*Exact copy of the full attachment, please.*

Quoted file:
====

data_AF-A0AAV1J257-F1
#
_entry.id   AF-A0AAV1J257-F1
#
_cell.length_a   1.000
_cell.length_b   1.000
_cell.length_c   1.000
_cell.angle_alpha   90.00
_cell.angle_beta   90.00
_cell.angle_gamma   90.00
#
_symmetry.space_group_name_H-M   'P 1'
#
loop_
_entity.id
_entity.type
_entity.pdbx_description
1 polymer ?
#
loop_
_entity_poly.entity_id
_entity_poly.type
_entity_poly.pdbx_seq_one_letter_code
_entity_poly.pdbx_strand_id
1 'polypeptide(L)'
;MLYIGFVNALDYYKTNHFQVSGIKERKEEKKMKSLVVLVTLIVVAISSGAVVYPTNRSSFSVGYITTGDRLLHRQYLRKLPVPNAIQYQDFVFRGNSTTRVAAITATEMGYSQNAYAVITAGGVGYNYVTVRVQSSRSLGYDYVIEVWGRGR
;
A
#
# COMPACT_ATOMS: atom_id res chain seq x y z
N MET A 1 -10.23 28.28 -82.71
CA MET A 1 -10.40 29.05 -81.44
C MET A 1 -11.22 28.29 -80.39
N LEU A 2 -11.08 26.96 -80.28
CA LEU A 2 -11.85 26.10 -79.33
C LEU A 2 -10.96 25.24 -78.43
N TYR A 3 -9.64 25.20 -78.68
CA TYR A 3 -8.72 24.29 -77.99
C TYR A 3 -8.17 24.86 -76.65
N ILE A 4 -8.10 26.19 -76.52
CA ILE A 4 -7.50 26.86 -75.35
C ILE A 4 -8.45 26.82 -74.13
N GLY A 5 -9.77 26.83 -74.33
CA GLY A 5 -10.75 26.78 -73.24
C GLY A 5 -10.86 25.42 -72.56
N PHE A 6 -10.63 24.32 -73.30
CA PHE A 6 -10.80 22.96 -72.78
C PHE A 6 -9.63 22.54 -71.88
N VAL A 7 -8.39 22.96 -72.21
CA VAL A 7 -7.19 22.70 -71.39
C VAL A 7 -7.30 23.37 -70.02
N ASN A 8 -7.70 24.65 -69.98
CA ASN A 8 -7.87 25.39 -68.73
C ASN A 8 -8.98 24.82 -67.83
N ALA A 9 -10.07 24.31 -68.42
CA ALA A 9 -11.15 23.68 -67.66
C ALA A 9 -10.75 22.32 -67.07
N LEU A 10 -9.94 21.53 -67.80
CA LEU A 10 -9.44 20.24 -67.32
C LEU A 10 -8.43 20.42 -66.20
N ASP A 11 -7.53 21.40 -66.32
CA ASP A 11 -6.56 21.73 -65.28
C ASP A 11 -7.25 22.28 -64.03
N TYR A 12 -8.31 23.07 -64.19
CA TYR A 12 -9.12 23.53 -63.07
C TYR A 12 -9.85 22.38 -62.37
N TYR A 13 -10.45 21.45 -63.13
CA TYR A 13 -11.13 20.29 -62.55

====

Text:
data_AF-A0AAV1J257-F1
#
_entry.id   AF-A0AAV1J257-F1
#
_cell.length_a   1.000
_cell.length_b   1.000
_cell.length_c   1.000
_cell.angle_alpha   90.00
_cell.angle_beta   90.00
_cell.angle_gamma   90.00
#
_symmetry.space_group_name_H-M   'P 1'
#
loop_
_entity.id
_entity.type
_entity.pdbx_description
1 polymer ?
#
loop_
_entity_poly.entity_id
_entity_poly.type
_entity_poly.pdbx_seq_one_letter_code
_entity_poly.pdbx_strand_id
1 'polypeptide(L)'
;MLYIGFVNALDYYKTNHFQVSGIKERKEEKKMKSLVVLVTLIVVAISSGAVVYPTNRSSFSVGYITTGDRLLHRQYLRKLPVPNAIQYQDFVFRGNSTTRVAAITATEMGYSQNAYAVITAGGVGYNYVTVRVQSSRSLGYDYVIEVWGRGR
;
A
#
# COMPACT_ATOMS: atom_id res chain seq x y z
N MET A 1 -10.23 28.28 -82.71
CA MET A 1 -10.40 29.05 -81.44
C MET A 1 -11.22 28.29 -80.39
N LEU A 2 -11.08 26.96 -80.28
CA LEU A 2 -11.85 26.10 -79.33
C LEU A 2 -10.96 25.24 -78.43
N TYR A 3 -9.64 25.20 -78.68
CA TYR A 3 -8.72 24.29 -77.99
C TYR A 3 -8.17 24.86 -76.65
N ILE A 4 -8.10 26.19 -76.52
CA ILE A 4 -7.50 26.86 -75.35
C ILE A 4 -8.45 26.82 -74.13
N GLY A 5 -9.77 26.83 -74.33
CA GLY A 5 -10.75 26.78 -73.24
C GLY A 5 -10.86 25.42 -72.56
N PHE A 6 -10.63 24.32 -73.30
CA PHE A 6 -10.80 22.96 -72.78
C PHE A 6 -9.63 22.54 -71.88
N VAL A 7 -8.39 22.96 -72.21
CA VAL A 7 -7.19 22.70 -71.39
C VAL A 7 -7.30 23.37 -70.02
N ASN A 8 -7.70 24.65 -69.98
CA ASN A 8 -7.87 25.39 -68.73
C ASN A 8 -8.98 24.82 -67.83
N ALA A 9 -10.07 24.31 -68.42
CA ALA A 9 -11.15 23.68 -67.66
C ALA A 9 -10.75 22.32 -67.07
N LEU A 10 -9.94 21.53 -67.80
CA LEU A 10 -9.44 20.24 -67.32
C LEU A 10 -8.43 20.42 -66.20
N ASP A 11 -7.53 21.40 -66.32
CA ASP A 11 -6.56 21.73 -65.28
C ASP A 11 -7.25 22.28 -64.03
N TYR A 12 -8.31 23.07 -64.19
CA TYR A 12 -9.12 23.53 -63.07
C TYR A 12 -9.85 22.38 -62.37
N TYR A 13 -10.45 21.45 -63.13
CA TYR A 13 -11.13 20.29 -62.55